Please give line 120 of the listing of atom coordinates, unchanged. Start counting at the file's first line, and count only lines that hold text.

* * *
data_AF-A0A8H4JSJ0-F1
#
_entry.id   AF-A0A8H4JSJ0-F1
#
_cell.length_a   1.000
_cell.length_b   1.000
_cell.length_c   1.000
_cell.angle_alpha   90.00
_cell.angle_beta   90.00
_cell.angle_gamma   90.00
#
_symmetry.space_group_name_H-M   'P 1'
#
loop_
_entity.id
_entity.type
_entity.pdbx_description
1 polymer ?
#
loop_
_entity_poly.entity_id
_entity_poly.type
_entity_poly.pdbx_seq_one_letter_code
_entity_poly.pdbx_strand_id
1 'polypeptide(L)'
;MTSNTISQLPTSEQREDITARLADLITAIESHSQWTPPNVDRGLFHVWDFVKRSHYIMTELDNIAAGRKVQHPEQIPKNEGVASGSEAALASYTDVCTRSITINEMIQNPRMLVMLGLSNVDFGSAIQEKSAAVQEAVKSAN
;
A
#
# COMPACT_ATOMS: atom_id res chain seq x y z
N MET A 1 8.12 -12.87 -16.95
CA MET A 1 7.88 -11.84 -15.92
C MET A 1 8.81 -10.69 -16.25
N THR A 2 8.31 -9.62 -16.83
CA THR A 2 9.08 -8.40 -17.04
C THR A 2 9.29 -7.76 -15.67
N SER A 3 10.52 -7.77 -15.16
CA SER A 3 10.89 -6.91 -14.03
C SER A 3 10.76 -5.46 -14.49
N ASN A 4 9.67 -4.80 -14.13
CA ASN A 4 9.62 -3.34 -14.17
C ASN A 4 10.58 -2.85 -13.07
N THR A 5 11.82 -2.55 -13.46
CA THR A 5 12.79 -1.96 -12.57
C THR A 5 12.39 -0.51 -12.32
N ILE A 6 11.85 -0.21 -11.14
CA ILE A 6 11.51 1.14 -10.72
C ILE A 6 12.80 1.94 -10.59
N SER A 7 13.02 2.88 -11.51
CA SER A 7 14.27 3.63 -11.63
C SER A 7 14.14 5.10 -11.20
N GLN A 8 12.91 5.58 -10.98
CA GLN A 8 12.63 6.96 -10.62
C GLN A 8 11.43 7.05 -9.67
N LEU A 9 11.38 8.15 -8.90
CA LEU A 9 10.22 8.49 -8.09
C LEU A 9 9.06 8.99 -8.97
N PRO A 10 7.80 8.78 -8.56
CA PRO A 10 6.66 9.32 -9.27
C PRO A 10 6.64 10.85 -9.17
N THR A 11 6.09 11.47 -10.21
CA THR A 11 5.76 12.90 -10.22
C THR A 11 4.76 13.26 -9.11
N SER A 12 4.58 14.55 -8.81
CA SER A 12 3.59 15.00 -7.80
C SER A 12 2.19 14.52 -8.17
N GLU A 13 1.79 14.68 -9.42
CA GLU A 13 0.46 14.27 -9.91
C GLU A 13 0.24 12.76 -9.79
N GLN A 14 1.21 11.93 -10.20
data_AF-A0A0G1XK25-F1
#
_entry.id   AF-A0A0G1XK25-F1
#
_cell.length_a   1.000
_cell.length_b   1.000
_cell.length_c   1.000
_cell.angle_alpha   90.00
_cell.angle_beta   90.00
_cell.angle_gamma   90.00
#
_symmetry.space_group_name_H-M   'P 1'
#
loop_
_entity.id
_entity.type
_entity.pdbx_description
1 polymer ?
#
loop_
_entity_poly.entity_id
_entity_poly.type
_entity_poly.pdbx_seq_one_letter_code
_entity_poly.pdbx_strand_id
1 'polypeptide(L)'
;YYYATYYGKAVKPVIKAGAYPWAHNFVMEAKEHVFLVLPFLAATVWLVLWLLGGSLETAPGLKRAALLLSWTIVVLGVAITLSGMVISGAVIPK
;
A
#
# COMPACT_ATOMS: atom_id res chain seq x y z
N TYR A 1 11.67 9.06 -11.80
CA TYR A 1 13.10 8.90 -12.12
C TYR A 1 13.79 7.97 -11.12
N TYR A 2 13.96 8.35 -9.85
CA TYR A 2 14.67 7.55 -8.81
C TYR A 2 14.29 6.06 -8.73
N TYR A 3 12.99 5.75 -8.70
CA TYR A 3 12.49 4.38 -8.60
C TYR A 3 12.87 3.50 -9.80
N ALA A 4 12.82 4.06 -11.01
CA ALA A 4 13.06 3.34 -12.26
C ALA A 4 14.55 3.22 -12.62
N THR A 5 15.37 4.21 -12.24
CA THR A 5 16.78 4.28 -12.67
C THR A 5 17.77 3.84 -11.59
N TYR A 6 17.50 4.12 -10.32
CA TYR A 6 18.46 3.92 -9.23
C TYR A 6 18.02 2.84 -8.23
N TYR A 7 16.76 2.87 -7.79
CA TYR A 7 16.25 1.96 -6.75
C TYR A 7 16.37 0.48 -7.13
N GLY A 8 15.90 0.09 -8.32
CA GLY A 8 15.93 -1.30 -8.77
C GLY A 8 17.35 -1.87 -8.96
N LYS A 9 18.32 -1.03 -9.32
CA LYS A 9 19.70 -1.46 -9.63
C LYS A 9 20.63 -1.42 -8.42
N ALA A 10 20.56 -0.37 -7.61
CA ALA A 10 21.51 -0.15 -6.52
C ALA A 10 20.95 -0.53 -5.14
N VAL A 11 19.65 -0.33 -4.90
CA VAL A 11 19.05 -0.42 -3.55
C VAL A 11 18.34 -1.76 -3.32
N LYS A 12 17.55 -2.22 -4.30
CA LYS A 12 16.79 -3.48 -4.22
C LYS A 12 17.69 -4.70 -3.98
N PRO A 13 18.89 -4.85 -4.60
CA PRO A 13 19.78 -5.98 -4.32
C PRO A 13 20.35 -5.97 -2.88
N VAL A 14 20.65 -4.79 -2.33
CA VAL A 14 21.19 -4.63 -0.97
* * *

CA TYR A 7 16.25 1.96 -6.75